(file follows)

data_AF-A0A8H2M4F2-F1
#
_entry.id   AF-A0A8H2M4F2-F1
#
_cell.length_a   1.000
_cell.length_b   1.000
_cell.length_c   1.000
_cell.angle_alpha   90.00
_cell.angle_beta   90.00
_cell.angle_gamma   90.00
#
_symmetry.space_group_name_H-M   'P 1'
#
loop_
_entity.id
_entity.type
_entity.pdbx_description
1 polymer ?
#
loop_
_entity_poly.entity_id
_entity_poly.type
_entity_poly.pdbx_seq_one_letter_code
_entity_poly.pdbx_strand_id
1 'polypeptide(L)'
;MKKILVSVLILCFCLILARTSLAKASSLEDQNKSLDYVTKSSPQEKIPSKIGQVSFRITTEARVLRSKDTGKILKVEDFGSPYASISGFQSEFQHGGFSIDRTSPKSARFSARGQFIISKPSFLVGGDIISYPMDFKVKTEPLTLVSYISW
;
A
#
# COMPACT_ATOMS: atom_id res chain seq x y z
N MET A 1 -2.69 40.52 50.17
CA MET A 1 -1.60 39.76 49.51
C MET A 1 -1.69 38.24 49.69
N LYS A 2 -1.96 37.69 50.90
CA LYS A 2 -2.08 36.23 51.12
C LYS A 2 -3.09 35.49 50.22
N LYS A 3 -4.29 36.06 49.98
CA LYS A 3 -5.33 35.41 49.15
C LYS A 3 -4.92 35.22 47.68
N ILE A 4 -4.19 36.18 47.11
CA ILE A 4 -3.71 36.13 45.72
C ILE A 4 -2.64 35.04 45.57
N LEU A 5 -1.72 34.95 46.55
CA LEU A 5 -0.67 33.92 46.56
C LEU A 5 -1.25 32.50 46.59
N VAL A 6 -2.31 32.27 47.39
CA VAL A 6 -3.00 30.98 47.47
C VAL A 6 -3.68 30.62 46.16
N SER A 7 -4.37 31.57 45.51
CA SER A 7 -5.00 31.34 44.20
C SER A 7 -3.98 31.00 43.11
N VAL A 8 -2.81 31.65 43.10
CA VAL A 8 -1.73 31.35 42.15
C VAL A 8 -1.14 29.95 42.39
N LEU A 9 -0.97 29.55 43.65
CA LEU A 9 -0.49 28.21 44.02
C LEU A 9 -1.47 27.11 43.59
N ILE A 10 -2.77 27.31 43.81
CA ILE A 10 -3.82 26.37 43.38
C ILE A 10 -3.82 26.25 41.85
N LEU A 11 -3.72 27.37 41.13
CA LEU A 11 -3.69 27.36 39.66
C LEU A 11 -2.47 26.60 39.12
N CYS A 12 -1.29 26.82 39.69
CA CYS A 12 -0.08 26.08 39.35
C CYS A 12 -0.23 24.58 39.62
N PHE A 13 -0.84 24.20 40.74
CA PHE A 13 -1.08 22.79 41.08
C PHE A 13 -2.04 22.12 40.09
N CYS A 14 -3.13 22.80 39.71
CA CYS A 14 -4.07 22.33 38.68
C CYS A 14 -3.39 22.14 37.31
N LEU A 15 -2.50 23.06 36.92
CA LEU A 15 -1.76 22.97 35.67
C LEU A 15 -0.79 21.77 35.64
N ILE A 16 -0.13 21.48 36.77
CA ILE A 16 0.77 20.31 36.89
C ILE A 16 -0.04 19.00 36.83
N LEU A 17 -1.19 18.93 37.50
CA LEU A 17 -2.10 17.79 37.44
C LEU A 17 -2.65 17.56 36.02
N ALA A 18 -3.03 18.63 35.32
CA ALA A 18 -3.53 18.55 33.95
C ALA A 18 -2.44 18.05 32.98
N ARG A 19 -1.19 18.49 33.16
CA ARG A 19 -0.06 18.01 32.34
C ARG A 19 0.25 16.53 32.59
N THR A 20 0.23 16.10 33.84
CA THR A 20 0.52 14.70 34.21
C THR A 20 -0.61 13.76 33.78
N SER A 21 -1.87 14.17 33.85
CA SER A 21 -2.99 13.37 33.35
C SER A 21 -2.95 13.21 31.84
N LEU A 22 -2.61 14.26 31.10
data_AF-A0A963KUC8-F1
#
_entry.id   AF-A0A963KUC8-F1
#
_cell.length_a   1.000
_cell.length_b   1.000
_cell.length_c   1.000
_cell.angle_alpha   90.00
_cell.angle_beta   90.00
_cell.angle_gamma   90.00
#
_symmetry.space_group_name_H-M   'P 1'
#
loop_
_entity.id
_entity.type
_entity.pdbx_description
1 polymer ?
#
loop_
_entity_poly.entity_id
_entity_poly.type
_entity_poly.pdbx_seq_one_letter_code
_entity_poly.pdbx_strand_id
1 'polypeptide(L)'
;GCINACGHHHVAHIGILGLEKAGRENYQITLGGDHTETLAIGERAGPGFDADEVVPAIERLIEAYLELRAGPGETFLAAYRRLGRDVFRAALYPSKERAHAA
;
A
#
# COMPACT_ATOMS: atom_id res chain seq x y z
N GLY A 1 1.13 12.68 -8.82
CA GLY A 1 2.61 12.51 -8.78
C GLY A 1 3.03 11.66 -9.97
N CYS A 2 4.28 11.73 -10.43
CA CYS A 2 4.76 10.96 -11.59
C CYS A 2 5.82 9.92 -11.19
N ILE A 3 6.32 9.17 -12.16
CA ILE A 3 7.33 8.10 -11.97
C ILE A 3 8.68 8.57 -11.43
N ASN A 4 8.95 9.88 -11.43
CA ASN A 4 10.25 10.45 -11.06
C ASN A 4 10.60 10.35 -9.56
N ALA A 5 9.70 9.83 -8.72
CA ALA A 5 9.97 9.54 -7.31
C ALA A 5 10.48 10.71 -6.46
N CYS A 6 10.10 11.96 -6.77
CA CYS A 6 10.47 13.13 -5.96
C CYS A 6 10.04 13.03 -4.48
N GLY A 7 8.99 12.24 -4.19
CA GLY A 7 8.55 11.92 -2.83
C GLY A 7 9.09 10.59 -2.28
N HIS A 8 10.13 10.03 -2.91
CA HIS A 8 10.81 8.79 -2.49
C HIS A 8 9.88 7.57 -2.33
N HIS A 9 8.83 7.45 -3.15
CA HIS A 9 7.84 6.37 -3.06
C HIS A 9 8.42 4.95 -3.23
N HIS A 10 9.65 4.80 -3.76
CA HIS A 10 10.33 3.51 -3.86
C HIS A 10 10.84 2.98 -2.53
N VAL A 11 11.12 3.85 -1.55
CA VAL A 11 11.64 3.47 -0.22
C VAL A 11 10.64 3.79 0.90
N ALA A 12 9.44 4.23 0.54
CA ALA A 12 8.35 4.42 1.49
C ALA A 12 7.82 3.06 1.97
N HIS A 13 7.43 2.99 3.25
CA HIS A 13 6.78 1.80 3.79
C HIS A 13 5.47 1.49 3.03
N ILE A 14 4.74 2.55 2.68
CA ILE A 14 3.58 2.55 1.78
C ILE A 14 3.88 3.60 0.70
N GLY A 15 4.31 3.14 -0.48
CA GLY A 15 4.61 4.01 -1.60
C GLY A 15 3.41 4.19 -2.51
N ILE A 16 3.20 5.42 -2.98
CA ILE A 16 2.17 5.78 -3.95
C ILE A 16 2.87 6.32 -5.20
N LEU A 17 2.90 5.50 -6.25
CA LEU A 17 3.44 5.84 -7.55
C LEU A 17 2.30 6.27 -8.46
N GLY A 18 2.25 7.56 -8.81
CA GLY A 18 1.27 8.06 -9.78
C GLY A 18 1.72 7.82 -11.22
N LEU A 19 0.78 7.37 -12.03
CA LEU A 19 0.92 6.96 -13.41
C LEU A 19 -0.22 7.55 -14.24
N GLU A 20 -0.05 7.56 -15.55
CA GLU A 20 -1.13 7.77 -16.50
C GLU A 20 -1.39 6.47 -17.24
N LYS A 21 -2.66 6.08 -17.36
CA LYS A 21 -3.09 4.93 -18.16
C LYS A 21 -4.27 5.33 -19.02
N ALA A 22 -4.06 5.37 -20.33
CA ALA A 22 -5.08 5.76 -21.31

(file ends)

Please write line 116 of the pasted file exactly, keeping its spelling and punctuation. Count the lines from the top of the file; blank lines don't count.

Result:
_entity_poly.type